Taking Extra Miles to Battle HIV/AIDS
a typical Puskesmas up in Papua highland
where service is available for HIV test.
It takes more than just information, patience and time to battle HIV/AIDs. For some people it also requires a personal sacrifice. For Wamena-based pastor Yoram Yokobi, there was no choice when he turned down offers to run for political office in his hometown, Jayawijaya area, Papua. As a second generation of first Christian families, he has even taken a break from his pastoral duties to focus on battling HIV/AIDs.
“…I felt that the one main of cause of depletion of my people was HIV/AIDs. It was very hard at first, giving up my position as a pastor and the status, the stipend that accompanied that. Apart from this, people saw this as a step down in society as I was dealing with ‘dirty and sinful people’”, Yoram said of the stigma attached to people living with HIV/AIDS.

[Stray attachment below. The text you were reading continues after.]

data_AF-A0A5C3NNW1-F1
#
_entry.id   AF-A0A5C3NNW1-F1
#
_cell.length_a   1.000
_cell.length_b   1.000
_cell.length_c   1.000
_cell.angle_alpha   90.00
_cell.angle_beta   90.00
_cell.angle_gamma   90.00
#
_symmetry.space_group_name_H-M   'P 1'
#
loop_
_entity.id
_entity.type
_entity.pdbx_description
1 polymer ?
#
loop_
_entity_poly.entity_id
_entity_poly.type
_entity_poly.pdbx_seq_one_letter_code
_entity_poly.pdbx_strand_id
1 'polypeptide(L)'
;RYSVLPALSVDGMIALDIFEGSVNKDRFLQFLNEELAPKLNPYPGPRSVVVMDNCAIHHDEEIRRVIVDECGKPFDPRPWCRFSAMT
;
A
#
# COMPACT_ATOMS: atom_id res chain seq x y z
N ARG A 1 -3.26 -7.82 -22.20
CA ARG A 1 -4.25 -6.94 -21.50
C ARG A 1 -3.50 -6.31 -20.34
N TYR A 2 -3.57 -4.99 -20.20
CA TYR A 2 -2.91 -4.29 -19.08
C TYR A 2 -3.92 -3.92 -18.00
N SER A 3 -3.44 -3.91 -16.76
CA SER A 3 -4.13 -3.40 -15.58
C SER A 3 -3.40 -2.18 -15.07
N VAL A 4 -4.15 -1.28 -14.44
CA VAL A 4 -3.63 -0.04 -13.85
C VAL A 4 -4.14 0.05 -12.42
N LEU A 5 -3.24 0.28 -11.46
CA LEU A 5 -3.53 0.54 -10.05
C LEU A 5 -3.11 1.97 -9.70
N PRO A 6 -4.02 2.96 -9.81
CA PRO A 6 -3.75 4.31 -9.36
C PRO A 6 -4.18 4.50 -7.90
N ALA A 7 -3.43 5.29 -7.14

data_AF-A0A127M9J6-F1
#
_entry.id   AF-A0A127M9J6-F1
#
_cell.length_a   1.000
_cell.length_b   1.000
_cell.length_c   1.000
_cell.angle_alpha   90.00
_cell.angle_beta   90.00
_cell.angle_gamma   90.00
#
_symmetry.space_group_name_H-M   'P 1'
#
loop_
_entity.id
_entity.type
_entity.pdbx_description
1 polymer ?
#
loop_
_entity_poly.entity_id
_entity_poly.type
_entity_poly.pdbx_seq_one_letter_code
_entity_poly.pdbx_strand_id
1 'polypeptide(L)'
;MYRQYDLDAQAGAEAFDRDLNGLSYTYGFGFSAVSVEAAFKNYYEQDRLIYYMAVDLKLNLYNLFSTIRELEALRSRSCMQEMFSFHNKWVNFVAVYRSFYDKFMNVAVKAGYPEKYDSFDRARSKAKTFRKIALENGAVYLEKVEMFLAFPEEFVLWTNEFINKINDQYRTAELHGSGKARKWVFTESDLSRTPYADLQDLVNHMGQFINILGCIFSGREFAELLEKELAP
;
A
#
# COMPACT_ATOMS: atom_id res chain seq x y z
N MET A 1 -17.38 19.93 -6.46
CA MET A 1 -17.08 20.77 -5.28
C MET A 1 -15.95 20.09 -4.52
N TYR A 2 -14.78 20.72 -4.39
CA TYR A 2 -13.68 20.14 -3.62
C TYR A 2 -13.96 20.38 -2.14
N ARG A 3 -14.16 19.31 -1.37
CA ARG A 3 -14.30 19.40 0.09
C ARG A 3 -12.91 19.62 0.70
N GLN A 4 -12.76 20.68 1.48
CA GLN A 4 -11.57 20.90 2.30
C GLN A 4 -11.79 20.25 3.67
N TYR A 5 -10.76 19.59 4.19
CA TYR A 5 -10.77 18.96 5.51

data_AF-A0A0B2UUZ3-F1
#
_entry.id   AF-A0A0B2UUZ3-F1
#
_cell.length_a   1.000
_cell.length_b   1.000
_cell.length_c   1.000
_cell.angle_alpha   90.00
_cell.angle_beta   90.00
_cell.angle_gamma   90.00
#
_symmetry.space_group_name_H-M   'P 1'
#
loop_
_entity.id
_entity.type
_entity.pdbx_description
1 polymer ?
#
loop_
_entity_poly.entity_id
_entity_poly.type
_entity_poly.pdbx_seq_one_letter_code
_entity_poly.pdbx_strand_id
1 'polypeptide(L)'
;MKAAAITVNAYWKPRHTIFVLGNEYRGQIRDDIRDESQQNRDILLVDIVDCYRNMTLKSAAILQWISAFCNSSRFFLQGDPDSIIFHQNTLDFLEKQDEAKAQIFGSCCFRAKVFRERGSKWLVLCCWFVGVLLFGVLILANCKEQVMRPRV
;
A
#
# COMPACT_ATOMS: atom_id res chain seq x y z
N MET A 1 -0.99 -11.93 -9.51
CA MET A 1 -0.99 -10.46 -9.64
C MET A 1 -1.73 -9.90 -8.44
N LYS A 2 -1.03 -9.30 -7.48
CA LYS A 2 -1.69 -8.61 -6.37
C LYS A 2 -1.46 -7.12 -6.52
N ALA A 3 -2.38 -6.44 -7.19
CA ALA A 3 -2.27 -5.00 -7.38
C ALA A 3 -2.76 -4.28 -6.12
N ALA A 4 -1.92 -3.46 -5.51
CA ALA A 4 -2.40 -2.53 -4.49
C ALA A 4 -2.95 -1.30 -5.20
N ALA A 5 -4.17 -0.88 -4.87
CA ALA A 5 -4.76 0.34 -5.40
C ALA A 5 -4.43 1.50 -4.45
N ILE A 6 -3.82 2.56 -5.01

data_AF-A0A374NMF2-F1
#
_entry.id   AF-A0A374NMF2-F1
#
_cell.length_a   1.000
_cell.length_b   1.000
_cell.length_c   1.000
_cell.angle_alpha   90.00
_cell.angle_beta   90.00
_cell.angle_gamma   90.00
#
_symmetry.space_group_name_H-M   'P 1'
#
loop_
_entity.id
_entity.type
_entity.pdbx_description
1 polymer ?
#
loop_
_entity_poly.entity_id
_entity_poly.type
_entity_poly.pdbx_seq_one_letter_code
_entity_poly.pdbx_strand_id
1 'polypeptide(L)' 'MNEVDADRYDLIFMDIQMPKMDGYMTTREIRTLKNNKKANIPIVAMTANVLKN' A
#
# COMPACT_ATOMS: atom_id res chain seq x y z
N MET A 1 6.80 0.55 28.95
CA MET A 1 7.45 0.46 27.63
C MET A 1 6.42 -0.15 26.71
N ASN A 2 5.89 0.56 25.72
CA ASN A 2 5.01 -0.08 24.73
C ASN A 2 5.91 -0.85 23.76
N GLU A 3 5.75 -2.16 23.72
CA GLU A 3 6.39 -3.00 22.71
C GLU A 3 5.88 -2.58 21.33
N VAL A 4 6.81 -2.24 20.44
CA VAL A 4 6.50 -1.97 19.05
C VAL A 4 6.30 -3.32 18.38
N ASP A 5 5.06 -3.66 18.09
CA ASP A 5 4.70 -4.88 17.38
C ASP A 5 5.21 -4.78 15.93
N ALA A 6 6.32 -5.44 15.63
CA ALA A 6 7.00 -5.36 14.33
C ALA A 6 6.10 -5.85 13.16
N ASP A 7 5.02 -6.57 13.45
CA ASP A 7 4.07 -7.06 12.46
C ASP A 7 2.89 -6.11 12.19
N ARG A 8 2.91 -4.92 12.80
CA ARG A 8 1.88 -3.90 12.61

Papua and West Papua are home to 20% of Indonesia’s HIV-infected people, despite its small population compared to the rest of the country. Scarce health facilities and a widely spread population makes working to improve the health and HIV services in the two provinces very challenging.
Before setting up his own NGO Yukemdi, Yoram worked with other groups and KPA
(Komisi Penanggulangan AIDS) to approach the community. Getting support from religious and tribal leaders was the key to reach the people in villages scattered at the feet of Jayawijaya Mountain.
And things began to change.
“People have faith in us and trust us to work with them closely. More people are involved in our program; we have a volunteer in every village in Jayawijaya. More people know about HIV/AIDs so more people trust us to take them to testing centres.
Yukemdi is one of NGOs closely working with Australian Government under the Australia Indonesia Partnership for HIV (AIPH) that has been running from 2007. In his recent visit to Sorong, Manokwari and Papua the Australia’s Minister-Counsellor for Development Cooperation Jean-Bernard Carrasco highlighted the importance of working collaboratively across sectors as HIV is not just a health issue, it is a development issue affecting human capital and productivity in the region.